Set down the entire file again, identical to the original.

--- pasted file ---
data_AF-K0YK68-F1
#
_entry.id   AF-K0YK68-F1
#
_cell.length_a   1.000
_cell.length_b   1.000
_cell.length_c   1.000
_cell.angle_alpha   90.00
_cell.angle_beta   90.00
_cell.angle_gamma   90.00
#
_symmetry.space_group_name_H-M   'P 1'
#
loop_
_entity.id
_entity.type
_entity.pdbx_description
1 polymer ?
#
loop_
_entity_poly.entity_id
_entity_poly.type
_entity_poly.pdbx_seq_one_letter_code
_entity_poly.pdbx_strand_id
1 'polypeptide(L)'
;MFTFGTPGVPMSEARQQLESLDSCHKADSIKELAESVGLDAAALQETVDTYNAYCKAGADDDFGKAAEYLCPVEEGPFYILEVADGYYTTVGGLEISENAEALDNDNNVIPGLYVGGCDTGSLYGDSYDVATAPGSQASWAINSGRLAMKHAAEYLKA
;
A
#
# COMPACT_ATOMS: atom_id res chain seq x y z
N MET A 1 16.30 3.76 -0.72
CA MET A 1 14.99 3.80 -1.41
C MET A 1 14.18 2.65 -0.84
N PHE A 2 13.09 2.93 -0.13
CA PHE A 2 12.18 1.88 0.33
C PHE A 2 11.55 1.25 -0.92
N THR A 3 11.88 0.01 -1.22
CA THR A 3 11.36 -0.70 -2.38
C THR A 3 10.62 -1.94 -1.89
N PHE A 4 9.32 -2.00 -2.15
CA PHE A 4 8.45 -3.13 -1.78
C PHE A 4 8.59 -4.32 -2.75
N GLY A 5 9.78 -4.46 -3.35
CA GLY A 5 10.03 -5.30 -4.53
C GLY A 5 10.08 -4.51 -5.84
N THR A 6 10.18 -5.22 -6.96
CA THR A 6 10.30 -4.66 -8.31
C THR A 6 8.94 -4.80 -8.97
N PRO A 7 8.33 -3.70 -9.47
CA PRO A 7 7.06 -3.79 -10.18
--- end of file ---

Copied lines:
data_AF-K0YK68-F1
#
_entry.id   AF-K0YK68-F1
#
_cell.length_a   1.000
_cell.length_b   1.000
_cell.length_c   1.000
_cell.angle_alpha   90.00
_cell.angle_beta   90.00
_cell.angle_gamma   90.00
#
_symmetry.space_group_name_H-M   'P 1'
#
loop_
_entity.id
_entity.type
_entity.pdbx_description
1 polymer ?
#
loop_
_entity_poly.entity_id
_entity_poly.type
_entity_poly.pdbx_seq_one_letter_code
_entity_poly.pdbx_strand_id
1 'polypeptide(L)'
;MFTFGTPGVPMSEARQQLESLDSCHKADSIKELAESVGLDAAALQETVDTYNAYCKAGADDDFGKAAEYLCPVEEGPFYILEVADGYYTTVGGLEISENAEALDNDNNVIPGLYVGGCDTGSLYGDSYDVATAPGSQASWAINSGRLAMKHAAEYLKA
;
A
#
# COMPACT_ATOMS: atom_id res chain seq x y z
N MET A 1 16.30 3.76 -0.72
CA MET A 1 14.99 3.80 -1.41
C MET A 1 14.18 2.65 -0.84
N PHE A 2 13.09 2.93 -0.13
CA PHE A 2 12.18 1.88 0.33
C PHE A 2 11.55 1.25 -0.92
N THR A 3 11.88 0.01 -1.22
CA THR A 3 11.36 -0.70 -2.38
C THR A 3 10.62 -1.94 -1.89
N PHE A 4 9.32 -2.00 -2.15
CA PHE A 4 8.45 -3.13 -1.78
C PHE A 4 8.59 -4.32 -2.75
N GLY A 5 9.78 -4.46 -3.35
CA GLY A 5 10.03 -5.30 -4.53
C GLY A 5 10.08 -4.51 -5.84
N THR A 6 10.18 -5.22 -6.96
CA THR A 6 10.30 -4.66 -8.31
C THR A 6 8.94 -4.80 -8.97
N PRO A 7 8.33 -3.70 -9.47
CA PRO A 7 7.06 -3.79 -10.18